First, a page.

So I decided to go back to the roots of the vampire legend and write about the creatures that existed in the millennia-old folk tales from Montenegro, Serbia, Bosnia, Croatia, and Macedonia. This meant I read lots of dusty old books in exotic languages, and spoke with people in small villages and observed them practice customs designed to ward off vampires. And the vampires I discovered
were altogether different from today’s pop culture vampires, and bore only a faint resemblance to Bram Stoker’s Dracula.
I discovered why they place coins on the eyes of a dead person, why you shouldn’t hang around watermills after dark, why you must not let an animal pass over or under the body of a dead person awaiting burial, why a simple stake isn’t enough, why butterflies cluster on Hawthorn trees and freshly dug graves, and why your new neighbor might not be who you think he is, especially if he is a butcher, cutlery or cookware salesman. I also gained an appreciation for the taste of garlic, and am waiting for the genius to be born who will invent garlic-flavored chocolate bars.
Spoiler alert for Twilight fans: in Kiss of the Butterfly and Balkan folklore, a conflict between vampires and werewolves is impossible.
Now that you’ve come this far, are you ready for my solution as to why there are no tap-dancing vampires?
Well, of course, they’ve all switched to Gangnam Style!!!
A huge thank you to James for making the most of the hand I dealt him and for his extensive search for the legendary tap-dancing vampire;-) More information on James and his books can be found here:
Amazon Buy Link
Amazon UK Buy Link
KISS OF THE BUTTERFLY
"I sense it even now. People thirst for it; the entire country is mad with desire for it. And now we are going to war with our brothers because they look like us, and because we can smell our blood coursing through their veins...”
A dying man’s cryptic letter to an enigmatic professor launches grad student Steven Roberts on an unwitting quest, shrouded in mystery, into the war-torn labyrinth of a disintegrating Eastern European country. Steven plunges into the maelstrom to unearth long-forgotten documents holding clues to an ancient Emperor’s deeply buried secret, an inconceivable and long-forgotten evil that has slumbered for centuries. Steven’s perilous journey stretches from Southern California’s sunny beaches, to the exotically dystopian city-scapes of Budapest, Belgrade, and Bosnia, as it plays out against a backdrop of events that occurred centuries before in the Balkans.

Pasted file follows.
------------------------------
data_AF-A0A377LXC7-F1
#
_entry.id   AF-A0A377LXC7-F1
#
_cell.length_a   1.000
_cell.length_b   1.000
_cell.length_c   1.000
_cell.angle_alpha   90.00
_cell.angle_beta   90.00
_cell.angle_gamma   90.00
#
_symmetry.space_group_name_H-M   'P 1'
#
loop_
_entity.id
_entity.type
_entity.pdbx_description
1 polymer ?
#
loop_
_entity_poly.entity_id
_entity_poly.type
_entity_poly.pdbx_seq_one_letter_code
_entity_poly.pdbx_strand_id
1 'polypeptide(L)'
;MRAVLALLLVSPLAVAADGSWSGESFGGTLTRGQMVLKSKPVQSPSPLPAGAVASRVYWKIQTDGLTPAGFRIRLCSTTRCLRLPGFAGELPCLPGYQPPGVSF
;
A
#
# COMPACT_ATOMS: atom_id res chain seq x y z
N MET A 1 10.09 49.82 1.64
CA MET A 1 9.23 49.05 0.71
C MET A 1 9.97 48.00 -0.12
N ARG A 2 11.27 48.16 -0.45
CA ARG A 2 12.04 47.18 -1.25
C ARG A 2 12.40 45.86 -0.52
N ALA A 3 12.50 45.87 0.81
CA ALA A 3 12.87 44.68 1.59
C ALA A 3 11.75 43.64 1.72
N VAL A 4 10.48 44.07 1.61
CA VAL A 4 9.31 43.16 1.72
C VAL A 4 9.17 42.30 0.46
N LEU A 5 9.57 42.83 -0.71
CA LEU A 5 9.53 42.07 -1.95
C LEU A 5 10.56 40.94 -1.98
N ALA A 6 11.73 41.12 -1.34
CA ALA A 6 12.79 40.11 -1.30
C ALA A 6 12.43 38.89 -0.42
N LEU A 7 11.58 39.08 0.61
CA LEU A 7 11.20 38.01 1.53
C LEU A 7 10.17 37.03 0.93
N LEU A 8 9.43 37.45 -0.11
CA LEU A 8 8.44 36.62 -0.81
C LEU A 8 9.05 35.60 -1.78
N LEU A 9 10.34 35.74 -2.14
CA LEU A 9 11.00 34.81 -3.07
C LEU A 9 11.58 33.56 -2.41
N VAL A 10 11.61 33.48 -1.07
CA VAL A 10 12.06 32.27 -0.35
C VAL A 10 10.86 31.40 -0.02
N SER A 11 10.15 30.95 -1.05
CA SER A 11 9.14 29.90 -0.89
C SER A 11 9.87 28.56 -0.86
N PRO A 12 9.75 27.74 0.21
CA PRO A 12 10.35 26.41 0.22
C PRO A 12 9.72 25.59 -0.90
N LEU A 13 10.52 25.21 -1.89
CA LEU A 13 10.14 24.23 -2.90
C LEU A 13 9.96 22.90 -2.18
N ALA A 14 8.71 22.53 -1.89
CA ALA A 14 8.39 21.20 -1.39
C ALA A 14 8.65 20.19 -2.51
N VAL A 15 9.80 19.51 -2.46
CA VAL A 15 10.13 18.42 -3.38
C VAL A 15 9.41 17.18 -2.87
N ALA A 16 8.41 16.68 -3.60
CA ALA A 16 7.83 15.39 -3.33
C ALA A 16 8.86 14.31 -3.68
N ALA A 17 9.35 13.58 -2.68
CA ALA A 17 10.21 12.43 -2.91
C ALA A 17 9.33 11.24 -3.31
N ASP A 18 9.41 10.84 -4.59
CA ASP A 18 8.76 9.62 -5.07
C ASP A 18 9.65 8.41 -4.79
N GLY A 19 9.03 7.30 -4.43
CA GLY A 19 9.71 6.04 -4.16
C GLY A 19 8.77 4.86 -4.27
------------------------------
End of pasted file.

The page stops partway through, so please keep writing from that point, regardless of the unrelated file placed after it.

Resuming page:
Meticulously researched and set against the background of collapsing Yugoslavia, “Kiss of the Butterfly” weaves Balkan folklore together with intricate historical threads from the 15th, 18th and 20th centuries to create a rich phantasmagorical tapestry of allegory and reality. It is about passion and betrayal, obsession and desire, the thirst for life and the hunger for death. And vampires – which have formed an integral part of Balkan folklore for over a thousand years – are portrayed in their original folkloric form, which differs dramatically from today’s pop culture creations.
“Kiss of the Butterfly” is based on true historical events. In the year of his death, 1476, the Prince of Wallachia -- Vlad III (Dracula) -- committed atrocities under the cloak of medieval Bosnia’s forested mountains, culminating in a bloody massacre in the mining town of Srebrenica. A little over 500 years later, in July 1995, history repeated itself in Srebrenica, when nearly 8,000 people were killed, making it the worst massacre Europe had seen since the Second World War. For most people, the two events seemed unconnected...